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In Ontario, 26 per cent of high school students said they vaped in the 2018-19 school year, compared with 18 per cent the previous year.

The Associated Press

Nearly one-third of high school students in Alberta and Quebec and one in four in Ontario say they have vaped in the past month, according to new Canadian survey data that show sharp increases in e-cigarette use in the country’s four most populous provinces. British Columbia also saw increases, although not as high as the other provinces.

The e-cigarette data were collected from more than 75,000 students in Grades 9 to 12 in B.C., Alberta, Ontario and Quebec as part of the yearly COMPASS survey on health behaviour of high school students, believed to be the most comprehensive of its kind in Canada. The data are made available to policy makers and researchers who study youth and changes in alcohol, cannabis, e-cigarette, tobacco and other substance use.

“E-cigarette use has increased across all students regardless of their gender, grade, ethnicity or smoking status,” the researchers wrote in a summary of their findings prepared for the Public Health Agency of Canada and obtained by The Globe and Mail.

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Quebec had the highest rates of vaping in 2018-19, with 32 per cent of students saying they used e-cigarettes in the past month, up from 27 per cent in the 2017-18 school year. Nearly 60 per cent of Quebec students said they had tried vaping at least once in 2018-19, compared with 52 per cent the previous year.

B.C. had the lowest rates, with 19 per cent of students saying they vaped in the previous month, up from 14 per cent the year before. About one-third of B.C. students say they had tried vaping at least once in 2018-19, compared with 29 per cent the year before.

In Ontario, 26 per cent of high school students said they vaped in the 2018-19 school year, compared with 18 per cent the previous year. In Alberta, 30 per cent of students say they vaped in the past month in 2018-19, compared with 23 per cent the year before.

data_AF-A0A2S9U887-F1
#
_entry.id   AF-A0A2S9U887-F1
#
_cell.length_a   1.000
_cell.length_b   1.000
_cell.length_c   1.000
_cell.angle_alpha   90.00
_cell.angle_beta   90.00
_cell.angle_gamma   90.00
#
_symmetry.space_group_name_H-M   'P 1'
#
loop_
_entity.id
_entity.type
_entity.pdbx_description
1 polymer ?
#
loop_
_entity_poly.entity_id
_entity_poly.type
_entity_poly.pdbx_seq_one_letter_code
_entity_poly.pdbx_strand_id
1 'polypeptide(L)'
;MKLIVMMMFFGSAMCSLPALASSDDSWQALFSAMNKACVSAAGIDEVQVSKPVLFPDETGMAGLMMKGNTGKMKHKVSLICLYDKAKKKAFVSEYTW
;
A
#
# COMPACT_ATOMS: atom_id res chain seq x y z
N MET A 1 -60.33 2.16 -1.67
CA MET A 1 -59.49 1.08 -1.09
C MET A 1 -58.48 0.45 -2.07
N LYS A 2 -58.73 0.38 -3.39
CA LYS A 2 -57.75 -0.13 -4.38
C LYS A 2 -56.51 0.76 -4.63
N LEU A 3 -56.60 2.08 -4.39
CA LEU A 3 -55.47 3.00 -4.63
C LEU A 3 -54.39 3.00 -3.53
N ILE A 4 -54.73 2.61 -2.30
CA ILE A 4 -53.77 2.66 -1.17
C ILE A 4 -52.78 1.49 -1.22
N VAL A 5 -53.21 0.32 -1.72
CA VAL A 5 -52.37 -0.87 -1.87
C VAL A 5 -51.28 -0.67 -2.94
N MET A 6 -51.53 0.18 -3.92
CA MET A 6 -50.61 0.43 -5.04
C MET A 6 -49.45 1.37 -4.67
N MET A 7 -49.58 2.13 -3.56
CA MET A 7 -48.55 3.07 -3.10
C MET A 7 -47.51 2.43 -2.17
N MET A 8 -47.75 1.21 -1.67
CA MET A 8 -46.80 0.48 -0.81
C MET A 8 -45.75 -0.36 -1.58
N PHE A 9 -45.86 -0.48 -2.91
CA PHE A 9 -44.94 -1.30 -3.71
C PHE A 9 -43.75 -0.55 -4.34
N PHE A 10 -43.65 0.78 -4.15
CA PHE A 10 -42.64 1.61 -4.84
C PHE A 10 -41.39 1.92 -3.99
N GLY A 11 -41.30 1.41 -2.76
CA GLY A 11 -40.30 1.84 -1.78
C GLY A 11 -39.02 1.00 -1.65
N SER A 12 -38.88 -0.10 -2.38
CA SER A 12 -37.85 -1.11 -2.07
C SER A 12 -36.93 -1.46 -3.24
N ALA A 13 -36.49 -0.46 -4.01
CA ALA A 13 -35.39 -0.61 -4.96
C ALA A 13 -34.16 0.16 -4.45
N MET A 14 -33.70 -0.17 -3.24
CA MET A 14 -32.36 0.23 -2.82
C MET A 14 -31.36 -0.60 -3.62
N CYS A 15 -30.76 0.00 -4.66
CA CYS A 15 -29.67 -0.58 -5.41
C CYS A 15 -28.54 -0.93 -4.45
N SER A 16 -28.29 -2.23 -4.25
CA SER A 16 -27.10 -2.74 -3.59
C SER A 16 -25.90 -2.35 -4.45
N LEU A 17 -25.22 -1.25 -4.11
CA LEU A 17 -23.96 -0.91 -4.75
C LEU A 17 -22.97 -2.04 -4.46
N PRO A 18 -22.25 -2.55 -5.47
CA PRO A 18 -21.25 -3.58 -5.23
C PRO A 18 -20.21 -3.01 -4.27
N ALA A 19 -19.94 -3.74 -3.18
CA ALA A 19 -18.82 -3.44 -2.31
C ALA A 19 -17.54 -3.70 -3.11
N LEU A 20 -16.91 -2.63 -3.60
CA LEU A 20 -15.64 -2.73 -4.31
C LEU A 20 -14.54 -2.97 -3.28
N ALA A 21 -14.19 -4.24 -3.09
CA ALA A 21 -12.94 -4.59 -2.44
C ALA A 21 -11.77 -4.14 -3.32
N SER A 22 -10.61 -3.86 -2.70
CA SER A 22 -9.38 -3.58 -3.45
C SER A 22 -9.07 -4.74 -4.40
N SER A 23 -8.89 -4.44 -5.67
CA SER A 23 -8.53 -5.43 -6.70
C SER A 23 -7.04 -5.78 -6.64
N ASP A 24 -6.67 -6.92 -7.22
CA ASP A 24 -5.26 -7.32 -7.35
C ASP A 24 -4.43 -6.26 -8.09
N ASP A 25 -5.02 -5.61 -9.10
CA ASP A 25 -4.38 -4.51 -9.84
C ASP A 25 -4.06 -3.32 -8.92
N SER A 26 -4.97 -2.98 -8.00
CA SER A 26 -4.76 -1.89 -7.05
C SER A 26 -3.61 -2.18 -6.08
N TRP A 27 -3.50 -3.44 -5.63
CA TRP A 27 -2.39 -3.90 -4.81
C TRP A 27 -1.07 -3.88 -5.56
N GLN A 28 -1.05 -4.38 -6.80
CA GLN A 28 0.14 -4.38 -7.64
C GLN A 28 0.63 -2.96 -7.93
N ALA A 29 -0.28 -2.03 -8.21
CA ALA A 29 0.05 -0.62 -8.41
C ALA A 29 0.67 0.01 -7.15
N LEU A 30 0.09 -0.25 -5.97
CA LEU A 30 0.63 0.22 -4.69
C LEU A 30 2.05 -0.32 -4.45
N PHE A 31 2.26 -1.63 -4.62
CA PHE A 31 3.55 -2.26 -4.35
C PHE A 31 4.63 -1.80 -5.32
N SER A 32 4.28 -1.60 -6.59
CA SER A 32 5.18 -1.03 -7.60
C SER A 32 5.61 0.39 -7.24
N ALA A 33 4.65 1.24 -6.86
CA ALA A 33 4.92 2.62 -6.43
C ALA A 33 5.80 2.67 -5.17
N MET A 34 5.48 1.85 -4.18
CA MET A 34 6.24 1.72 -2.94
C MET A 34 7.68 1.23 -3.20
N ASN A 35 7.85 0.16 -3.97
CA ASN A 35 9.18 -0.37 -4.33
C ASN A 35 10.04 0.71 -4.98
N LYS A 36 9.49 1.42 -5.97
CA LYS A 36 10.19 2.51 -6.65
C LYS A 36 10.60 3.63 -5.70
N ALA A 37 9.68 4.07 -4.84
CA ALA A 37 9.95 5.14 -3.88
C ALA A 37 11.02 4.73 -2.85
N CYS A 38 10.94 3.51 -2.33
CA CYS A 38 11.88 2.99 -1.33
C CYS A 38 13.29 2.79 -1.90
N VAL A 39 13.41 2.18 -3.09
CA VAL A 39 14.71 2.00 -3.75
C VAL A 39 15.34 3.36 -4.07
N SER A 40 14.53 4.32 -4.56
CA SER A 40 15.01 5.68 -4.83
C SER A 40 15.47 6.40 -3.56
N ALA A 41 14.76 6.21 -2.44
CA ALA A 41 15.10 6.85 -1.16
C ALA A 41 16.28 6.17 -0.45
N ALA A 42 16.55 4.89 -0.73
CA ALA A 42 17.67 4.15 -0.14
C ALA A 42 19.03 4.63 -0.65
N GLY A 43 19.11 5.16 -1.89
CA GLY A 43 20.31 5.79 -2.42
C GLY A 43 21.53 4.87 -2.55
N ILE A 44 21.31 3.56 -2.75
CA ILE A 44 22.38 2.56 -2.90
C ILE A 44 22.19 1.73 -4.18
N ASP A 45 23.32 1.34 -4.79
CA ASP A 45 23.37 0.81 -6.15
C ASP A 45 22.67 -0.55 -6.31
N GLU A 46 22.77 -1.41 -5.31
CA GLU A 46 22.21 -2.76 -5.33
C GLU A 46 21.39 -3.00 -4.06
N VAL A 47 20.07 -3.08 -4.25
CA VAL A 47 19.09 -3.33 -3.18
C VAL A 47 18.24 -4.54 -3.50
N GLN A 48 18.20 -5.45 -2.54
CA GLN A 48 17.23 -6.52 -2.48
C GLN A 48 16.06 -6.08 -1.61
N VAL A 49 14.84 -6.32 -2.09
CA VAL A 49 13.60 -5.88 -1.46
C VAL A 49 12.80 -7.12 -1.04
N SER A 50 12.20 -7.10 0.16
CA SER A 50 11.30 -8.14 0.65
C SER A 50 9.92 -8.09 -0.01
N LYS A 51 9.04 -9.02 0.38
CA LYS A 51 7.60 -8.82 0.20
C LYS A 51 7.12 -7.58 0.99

Scott Leatherdale, principal investigator of the survey and professor at the University of Waterloo, said that five years ago, e-cigarettes were barely on the radar of high school students. In the 2013-14 school year, for instance, only 8 per cent of Ontario students said they had vaped in the previous month. The sudden and rapid rise in the last few years highlights how desirable e-cigarettes have become, Dr. Leatherdale said, adding that industry advertising, particularly on social media, may be contributing to the problem. “It was a trendy thing for youth to try,” he said.

The data come amid growing concerns over the rising rates of youth vaping and the possible health risks of e-cigarettes. This week, doctors in London, Ont., published a case study on a 17-year-old boy who nearly died after vaping earlier this year. Doctors say his chronic lung disease is likely tied to diacetyl exposure, a chemical that is used as a common flavour ingredient. According to the case study, diacetyl is found in the majority of e-cigarettes, even when product labels say otherwise.

Dr. Leatherdale the survey findings show that vaping is now firmly entrenched in youth culture. He said that he and his colleagues have talked to many students about their vaping habits and the students generally don’t seem aware of any potential negative consequences linked to e-cigarettes. For instance, Dr. Leatherdale said many high school athletes report using vaping products and say they don’t believe it will negatively affect their performance.

“I think up until recently, people thought it was a safer alternative,” he said.

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Les Hagen, executive director of Action on Smoking and Health, an Edmonton-based tobacco-control advocacy organization, said the findings paint a grim picture.

“This data confirms our worst fears,” he said, adding that the increase in youth vaping may be contributing to more youth starting to smoke.

In September, a coalition of health groups called on the federal government to take immediate steps to address the youth vaping crisis, including banning advertisements as well as the sale of most flavoured vaping products. In recent weeks, several provinces have moved to further restrict e-cigarette marketing.

Ontario has said it will ban e-cigarette ads in convenience stores and gas stations as of Jan. 1. British Columbia is adopting a suite of new measures, such as requiring e-cigarettes to be sold in plain packages with mandatory health warnings. This week, a bill that would, among other things, restrict e-cigarette sales to those 21 and older passed second reading in PEI.

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